GRADING:  Standard, based on above requirements.

 

310-12900-01, 02    INTRODUCTION TO GLOBAL STUDIES    SS LA 1b, g

3 CREDITS

INSTRUCTOR: Peyi Soyinka-Airewele, Muller 314, Ext. 4-3508

ENROLLMENT:  28 per section

PREREQUISITES: None

OBJECTIVES: A compelling strength of global studies lies in its ability to challenge rigidly formulated political science traditions and to awaken our appreciation of the uneven impact of global processes in different regions of the world.  With that in mind, this course has the following objectives: 1) To expose participants to critical global challenges such as the protection of human rights in a competitive marketplace and the resolution of conflicts emanating from identity politics, weapons proliferation, the use of natural resources, the globalization of capitalist production and struggles for global justice.  2) To provide fundamental conceptual frames through which students can address the on-going debates on global history, imperialism and the moral use of power.  3) To undertake a comparative study of selected countries including Singapore, South Africa, and the United States as a means of deepening our awareness of the histories, racial, economic, and social structures that affect peoples and societies.  4) To foster dialogue that will contribute to the personal growth of all participants.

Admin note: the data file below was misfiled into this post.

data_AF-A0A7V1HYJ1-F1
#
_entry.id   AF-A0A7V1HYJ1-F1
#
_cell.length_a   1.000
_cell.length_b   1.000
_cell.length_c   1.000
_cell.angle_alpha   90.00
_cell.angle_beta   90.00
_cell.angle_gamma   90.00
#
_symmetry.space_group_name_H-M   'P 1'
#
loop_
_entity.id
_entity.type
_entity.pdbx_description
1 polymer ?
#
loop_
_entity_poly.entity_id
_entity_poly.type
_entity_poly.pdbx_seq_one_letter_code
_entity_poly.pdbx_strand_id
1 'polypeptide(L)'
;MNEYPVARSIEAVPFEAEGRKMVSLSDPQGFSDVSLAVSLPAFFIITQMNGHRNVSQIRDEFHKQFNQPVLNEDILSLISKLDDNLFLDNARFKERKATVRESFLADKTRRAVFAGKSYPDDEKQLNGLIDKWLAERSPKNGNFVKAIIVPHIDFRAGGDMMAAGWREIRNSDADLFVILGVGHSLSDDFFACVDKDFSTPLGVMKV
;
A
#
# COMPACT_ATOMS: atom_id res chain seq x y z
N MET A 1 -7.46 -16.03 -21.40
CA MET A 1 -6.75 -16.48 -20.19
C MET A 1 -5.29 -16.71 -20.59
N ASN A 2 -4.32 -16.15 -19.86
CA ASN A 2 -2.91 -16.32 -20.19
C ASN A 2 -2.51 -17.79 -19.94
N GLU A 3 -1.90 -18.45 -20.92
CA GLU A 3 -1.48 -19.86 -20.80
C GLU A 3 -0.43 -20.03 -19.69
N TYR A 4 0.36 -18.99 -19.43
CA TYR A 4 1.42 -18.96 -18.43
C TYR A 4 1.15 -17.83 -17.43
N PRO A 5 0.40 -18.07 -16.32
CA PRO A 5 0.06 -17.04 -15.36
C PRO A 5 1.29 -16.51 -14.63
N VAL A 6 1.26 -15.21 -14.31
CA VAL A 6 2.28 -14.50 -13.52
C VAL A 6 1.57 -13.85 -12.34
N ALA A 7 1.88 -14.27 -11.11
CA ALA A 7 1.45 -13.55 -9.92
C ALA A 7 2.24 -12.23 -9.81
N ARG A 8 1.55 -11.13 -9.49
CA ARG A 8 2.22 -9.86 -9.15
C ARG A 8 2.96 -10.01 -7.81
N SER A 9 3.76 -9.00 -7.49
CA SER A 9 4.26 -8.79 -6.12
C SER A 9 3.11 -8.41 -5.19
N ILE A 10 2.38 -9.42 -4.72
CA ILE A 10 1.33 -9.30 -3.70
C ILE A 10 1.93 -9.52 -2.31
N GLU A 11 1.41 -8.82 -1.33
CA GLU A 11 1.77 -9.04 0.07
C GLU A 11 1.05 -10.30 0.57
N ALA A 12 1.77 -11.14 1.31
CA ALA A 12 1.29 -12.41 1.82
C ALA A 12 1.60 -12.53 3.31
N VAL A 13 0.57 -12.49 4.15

STUDENTS: Open to all

FORMAT AND STYLE:  Lectures/discussions, films

REQUIREMENTS:  Attendance, active participation, end-of-section tests/exams, project and essay.

GRADING:  Based on above requirements.

 

310-14100-01     POWER:  RACE, SEX AND CLASS     SS LA

3 CREDITS

INSTRUCTOR:Zillah Eisenstein, Muller 316, Ext. 4-3554

ENROLLMENT:45